“The relationship that resulted in the climate crisis has been foretold by native peoples from the outset,” says Ailton Krenak, a writer, researcher, environmentalist and indigenous leader. According to him, “it is a sensitive intelligence to understand that there are things that need to be stabilized in the Earth’s organism. Colonialism does not recognize natural borders, it invades everything furiously”.
Faced with the climate emergency, one of today’s most prominent indigenous leaders exposes how predatory forest practices affect native peoples. He considers this environmental racism.
During the week of Global Climate Mobilization, Conectas is publishing an interview with Ailton Krenak for the recently launched e-book “Climate and Human Rights – Voices and Actions” (available in Portuguese at this link), produced by the organization with the support of the Climate and Society Institute.
Ailton Krenak – This relationship results from a way of looking at the world in which the human being is the measure of all things. Colonial thinking is powerful because it uses instruments such as economics, which globally institutes the possession of things and land. It is associated with the appropriation of technologies that accelerate extractivism in ecosystems, oceans, mountains and deserts. In the 20th century, we became capable of wrecking the entire planet.
Ailton Krenak – The relationship that resulted in the climate crisis has been foretold by native peoples from the outset. It is in the letter attributed to Chief Seattle [Anglicization of Si’ahl, leader of the Suquamish and Duwamish peoples who lived during the late 18th and early 19th centuries], the basis of the environmental movement. He told the government of the United States: “Everything here is alive, the deer, the morning breeze, the grass, the mountain. You want to buy this land that is sacred to us. Do you not understand that you will die and be buried in it?”. It is a prophecy, which states: “If you don’t walk carefully, one day you’ll wake up immersed in your own vomit.” In “A Queda do Céu” [The Falling Sky, published by Companhia das Letras, 2015], Davi Kopenawa says that the epidemic we are experiencing was foretold by what the Yanomami tribe calls Xawara, which occurs when gold is taken from the earth and comes into contact with the atmosphere, turning into poison and making people and the forest sick. It is a sensitive intelligence to understand that there are things that need to be stabilized in the Earth’s organism. Colonialism does not recognize natural borders, it invades everything furiously.
Ailton Krenak – Ten or 15 years ago, smarter Brazilians were excited about the fact that Brazil was starting to extract oil from an offshore platform. The communities along the way were disregarded. I’m on the banks of the Doce River, which was turned into a sea of mud by the extractivism of [mining company] Vale. Indigenous peoples have suffered from the invasion of their world by chaotic, predatory practices. The man outside the forest, who eats hamburgers in Europe, needs it dead. This is environmental racism.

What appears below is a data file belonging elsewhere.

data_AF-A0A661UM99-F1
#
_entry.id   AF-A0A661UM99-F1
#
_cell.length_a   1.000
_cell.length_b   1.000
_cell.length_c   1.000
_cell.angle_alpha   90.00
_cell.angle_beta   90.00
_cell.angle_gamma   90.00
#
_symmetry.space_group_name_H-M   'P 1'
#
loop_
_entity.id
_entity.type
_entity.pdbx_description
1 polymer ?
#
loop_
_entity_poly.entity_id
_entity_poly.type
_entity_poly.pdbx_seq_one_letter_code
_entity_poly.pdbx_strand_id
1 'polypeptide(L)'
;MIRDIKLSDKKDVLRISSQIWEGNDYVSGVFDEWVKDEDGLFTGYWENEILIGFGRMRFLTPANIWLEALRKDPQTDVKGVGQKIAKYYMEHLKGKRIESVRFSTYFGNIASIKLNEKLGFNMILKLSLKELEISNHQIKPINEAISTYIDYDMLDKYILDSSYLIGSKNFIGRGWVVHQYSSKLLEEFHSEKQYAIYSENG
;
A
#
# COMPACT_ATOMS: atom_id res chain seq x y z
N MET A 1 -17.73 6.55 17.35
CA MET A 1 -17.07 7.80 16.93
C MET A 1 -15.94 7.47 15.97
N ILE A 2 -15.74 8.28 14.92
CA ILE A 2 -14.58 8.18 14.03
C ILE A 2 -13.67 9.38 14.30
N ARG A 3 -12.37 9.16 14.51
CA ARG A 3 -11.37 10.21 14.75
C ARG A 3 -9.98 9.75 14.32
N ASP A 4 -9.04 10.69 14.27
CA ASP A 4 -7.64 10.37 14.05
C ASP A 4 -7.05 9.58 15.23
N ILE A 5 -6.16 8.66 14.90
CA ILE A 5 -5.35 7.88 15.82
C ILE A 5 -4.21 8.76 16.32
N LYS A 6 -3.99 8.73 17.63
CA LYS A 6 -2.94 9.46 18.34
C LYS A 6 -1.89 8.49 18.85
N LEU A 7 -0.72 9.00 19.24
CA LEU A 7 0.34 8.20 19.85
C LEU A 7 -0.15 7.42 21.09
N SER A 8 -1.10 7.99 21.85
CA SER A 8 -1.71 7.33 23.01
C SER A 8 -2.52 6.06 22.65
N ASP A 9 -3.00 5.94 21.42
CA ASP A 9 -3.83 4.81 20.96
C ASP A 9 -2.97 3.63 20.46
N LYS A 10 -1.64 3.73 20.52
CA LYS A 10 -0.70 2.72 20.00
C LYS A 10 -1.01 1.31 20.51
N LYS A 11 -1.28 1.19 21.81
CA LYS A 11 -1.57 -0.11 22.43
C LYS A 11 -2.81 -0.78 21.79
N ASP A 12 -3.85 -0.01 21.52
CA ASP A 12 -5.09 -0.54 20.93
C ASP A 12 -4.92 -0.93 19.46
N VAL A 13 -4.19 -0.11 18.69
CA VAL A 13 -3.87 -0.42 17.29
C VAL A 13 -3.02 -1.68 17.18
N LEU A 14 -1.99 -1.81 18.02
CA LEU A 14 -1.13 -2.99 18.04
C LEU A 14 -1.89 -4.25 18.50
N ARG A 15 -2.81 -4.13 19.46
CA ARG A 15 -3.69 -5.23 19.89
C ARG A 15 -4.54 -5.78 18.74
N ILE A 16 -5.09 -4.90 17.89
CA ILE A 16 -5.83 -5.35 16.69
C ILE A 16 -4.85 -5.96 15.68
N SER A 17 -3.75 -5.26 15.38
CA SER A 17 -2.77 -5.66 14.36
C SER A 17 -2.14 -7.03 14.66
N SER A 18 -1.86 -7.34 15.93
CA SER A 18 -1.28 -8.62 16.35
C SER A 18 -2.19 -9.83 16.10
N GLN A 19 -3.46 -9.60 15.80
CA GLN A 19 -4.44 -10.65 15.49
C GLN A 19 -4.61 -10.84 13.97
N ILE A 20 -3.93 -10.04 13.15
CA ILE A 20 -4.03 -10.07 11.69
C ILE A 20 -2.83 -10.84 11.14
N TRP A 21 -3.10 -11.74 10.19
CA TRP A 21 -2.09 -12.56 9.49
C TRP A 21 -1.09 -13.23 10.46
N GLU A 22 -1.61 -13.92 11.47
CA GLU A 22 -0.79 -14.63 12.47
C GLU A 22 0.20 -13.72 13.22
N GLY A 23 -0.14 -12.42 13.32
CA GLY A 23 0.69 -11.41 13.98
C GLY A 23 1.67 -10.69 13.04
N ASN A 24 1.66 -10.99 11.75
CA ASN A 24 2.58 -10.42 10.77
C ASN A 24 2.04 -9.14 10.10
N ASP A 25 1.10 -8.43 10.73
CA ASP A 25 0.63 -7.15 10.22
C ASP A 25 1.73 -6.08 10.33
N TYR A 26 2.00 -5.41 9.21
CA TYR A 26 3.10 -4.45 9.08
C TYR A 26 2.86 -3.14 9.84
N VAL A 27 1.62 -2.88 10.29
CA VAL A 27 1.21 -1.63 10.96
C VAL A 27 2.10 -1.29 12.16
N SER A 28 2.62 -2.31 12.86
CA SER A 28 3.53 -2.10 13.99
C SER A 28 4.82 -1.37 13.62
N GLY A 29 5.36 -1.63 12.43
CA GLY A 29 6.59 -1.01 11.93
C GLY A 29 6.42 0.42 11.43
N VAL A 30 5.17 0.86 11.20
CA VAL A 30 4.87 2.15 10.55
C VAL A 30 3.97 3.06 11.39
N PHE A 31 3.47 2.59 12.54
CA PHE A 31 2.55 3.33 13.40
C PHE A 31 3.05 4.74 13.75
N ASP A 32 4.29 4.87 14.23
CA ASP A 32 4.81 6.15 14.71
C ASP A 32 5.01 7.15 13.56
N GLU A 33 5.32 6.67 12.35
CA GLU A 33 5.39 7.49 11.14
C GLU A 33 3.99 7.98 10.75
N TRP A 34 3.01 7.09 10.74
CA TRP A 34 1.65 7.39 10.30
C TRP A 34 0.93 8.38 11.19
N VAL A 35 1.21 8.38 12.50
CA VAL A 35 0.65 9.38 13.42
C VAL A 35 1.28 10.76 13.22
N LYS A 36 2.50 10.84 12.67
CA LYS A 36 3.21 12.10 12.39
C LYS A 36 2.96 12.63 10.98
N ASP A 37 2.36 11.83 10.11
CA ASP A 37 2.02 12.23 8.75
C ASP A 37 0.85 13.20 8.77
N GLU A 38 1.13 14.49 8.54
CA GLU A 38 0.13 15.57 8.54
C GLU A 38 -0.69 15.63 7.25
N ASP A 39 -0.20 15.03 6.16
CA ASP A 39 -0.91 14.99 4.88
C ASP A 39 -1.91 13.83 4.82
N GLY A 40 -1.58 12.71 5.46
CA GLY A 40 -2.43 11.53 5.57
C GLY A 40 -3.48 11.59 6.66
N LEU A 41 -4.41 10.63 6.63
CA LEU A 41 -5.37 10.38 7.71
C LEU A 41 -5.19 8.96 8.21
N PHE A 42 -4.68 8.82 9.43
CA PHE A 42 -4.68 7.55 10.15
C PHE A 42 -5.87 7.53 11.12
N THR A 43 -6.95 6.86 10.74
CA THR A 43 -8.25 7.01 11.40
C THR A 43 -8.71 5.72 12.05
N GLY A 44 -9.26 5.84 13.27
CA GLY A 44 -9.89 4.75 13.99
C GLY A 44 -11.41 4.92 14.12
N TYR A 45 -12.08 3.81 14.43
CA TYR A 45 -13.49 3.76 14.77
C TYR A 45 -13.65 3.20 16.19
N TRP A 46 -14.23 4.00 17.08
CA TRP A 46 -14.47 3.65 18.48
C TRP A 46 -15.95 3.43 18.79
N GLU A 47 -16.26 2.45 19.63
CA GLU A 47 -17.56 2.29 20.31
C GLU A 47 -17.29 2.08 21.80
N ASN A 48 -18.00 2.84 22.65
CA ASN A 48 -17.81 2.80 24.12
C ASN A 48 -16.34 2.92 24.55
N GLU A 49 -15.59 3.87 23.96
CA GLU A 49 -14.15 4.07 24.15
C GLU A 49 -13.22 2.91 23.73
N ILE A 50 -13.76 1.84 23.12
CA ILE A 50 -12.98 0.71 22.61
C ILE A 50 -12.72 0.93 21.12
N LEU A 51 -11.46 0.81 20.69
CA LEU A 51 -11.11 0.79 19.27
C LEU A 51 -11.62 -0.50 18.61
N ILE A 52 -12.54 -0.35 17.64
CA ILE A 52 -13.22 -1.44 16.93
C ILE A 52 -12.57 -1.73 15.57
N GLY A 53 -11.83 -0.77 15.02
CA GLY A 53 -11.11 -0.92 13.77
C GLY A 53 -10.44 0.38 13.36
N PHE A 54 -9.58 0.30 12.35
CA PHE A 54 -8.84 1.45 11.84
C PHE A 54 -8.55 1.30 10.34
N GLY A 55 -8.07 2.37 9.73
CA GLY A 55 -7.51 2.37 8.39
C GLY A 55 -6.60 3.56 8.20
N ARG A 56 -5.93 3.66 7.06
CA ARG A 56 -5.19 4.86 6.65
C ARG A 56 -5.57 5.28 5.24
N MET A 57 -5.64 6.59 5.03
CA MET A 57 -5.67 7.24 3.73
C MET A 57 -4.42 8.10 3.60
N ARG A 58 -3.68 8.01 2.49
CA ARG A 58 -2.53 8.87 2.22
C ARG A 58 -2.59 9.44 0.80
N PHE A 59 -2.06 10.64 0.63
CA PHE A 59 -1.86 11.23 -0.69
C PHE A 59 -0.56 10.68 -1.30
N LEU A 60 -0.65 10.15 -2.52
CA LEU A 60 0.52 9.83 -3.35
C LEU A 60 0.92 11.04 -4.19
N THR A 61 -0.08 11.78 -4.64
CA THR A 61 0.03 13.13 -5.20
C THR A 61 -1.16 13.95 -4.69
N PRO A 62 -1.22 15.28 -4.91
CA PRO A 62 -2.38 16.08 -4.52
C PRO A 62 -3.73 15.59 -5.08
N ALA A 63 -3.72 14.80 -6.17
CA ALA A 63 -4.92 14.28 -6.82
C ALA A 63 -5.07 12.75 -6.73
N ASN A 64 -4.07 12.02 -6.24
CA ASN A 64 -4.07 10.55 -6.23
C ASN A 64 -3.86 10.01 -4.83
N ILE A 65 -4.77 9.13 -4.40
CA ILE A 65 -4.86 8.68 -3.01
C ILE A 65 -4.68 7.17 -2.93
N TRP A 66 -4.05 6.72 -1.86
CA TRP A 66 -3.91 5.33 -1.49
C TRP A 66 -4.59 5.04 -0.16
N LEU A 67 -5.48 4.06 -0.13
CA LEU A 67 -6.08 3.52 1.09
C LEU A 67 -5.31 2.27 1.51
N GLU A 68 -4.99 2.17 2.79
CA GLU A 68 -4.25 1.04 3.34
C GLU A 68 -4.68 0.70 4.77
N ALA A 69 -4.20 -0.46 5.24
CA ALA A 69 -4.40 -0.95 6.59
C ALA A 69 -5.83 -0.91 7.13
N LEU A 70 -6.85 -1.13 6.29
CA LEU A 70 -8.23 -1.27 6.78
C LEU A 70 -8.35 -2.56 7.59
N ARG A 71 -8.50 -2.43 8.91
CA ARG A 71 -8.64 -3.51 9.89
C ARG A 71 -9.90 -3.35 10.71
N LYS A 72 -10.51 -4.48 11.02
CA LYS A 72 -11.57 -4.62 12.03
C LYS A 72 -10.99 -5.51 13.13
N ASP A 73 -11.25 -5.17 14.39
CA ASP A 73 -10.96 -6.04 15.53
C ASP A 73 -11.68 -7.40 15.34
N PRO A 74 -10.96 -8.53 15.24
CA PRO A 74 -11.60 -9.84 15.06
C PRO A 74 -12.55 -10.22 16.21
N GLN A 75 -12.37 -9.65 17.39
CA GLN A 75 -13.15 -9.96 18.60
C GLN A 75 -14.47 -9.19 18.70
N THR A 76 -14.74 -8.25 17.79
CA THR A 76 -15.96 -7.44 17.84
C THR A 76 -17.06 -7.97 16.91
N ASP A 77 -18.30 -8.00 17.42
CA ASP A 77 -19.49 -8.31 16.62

Ailton Krenak – It’s a fabricated narrative announced after the realization, in 1976, that we were on an uncontrollable course towards climate change. Even when something is manufactured with all the controls, it requires materials that are not replaced in nature. How can you produce something sustainable if the extractive system is sovereign and changes the cycles of life on Earth? Sustainability is a certificate sold to fools that will last for as long as there are people buying it. There is a water truck that travels 200 km, gets water from another basin and brings it to the village because the Doce River basin is tainted. If you ask, the sustainability manager will say that the water is sustainable because it has a license, it follows a protocol. It’s just an analysis tool of an impenetrable system. For the people on the outside, believing this is a lack of intelligence, a lack of courage to think. It would be better if we called it the sustainability of the end. Everyone knows we’re already over the edge.
Ailton Krenak – The justice system will increasingly be used by humans to protect themselves in the sustainability of the end. But not by other beings. Humans only talk about human rights, and environmental law is anthropocentric, it has no interest in whether the forest will die, the river will be polluted. I have to admit I’m fed up. We have so many rights that we call the world a disgrace.